The oceans’ surface is covered with more than five billion plastic particles, which harm wildlife, the delicate underwater ecology, and even the climate. Up until now, it was only possible to identify how long plastic takes to entirely degrade by extrapolating from laboratory data.
However, recent studies on plastic pellets spilled in a shipwreck in the Red Sea were undertaken by scientists at the University of Stuttgart. This has improved knowledge of how plastic ages. On July 13th, 2022, the findings were published in “Scientific Reports.”
It was a shipwreck for scientific purposes. The cargo ship SS Hamada split in two and sank in the middle of a nature reserve in June 1993 after suffering serious damage in rough waves above a coral reef off the coast of Egypt. It was carrying plastic granules at the time. However, the catastrophe also presented an opportunity.
While some of the plastic pellets washed up on the shore, most were trapped inside the wreck’s waterlogged holds. For the first time, researchers had the chance to compare the disintegration of the plastic pellets under a wide range of settings.
One of the most used plastics, polyethylene, was previously predicted to take between many centuries and many millennia to totally dissolve in the oceans. However, because the extrapolations are mostly based on laboratory studies, these numbers are surrounded by a great deal of uncertainty.
“Long-term studies on the degradation of plastic in the oceans have been lacking up to now because, among other things, it is not possible to determine the precise age of the plastic waste,” says Professor Dr. Franz Brümmer and Uwe Schnepf from the Institute of Biomaterials and Biomolecular Systems (IBBS) at the University of Stuttgart.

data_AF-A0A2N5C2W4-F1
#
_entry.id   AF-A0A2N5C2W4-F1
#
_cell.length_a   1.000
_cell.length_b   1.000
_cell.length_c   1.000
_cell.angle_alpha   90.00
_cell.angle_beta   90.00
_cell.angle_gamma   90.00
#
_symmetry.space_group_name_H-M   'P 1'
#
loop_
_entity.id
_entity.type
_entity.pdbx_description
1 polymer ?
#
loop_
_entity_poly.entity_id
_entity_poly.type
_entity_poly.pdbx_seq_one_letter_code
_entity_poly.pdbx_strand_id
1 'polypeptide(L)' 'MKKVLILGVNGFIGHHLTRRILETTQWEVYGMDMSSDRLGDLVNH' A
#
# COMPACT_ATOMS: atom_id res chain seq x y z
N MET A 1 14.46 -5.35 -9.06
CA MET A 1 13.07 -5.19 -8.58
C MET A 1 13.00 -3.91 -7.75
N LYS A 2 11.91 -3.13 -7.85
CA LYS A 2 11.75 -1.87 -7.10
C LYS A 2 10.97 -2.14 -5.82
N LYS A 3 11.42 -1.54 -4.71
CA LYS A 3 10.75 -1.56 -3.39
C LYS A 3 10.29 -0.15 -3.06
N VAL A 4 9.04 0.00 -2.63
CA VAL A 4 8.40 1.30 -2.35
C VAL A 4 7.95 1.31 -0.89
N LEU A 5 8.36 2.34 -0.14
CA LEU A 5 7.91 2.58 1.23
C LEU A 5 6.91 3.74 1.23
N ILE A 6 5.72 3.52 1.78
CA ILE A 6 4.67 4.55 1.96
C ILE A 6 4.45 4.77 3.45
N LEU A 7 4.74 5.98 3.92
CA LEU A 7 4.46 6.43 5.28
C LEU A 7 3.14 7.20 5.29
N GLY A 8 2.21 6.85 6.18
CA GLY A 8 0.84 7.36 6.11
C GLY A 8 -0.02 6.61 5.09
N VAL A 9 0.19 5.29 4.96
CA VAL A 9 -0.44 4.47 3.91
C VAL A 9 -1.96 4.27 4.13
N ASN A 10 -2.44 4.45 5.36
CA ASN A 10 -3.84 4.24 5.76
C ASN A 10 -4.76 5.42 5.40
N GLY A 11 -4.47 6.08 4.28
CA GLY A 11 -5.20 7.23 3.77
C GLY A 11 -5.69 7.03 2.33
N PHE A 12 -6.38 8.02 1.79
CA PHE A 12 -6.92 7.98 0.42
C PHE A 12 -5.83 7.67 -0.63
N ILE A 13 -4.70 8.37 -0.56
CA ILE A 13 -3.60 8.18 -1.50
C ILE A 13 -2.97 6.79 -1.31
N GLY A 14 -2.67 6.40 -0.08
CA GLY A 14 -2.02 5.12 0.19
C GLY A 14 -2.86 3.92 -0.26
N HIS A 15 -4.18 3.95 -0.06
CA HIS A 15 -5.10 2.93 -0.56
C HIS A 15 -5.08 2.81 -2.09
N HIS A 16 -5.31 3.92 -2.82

The two researchers are in charge of a group that comprises the German Aerospace Center (DLR), the Scientific Diving Group (WiTUS), the Institute of Polymer Technology at the University of Stuttgart, and an Egyptian collaboration partner. Plastic granules were first gathered in 2016 from the shoreline and the wreck (during research dives). The consortium then used various techniques to analyze these pellet samples.
Large Differences in Degradation
The mechanical, chemical, and microscopic testing soon identified significant variations in the degradation processes.
“While the degradation of the plastic pellets on the beach is already in full swing, the plastic pellets trapped in the wreck at 18 m below water show hardly any signs of degradation,” say Brümmer and Schnepf.
The Stuttgart study’s findings thus add to a greater understanding of how various environmental conditions, such as UV light, high temperatures, and significant temperature fluctuations, affect the aging of plastic and give more precise information about how plastics degrade in the ocean.
Brümmer, F., et al. (2022) In situ laboratory for plastic degradation in the Red Sea. Scientific Reports. doi.org/10.1038/s41598-022-15310-7.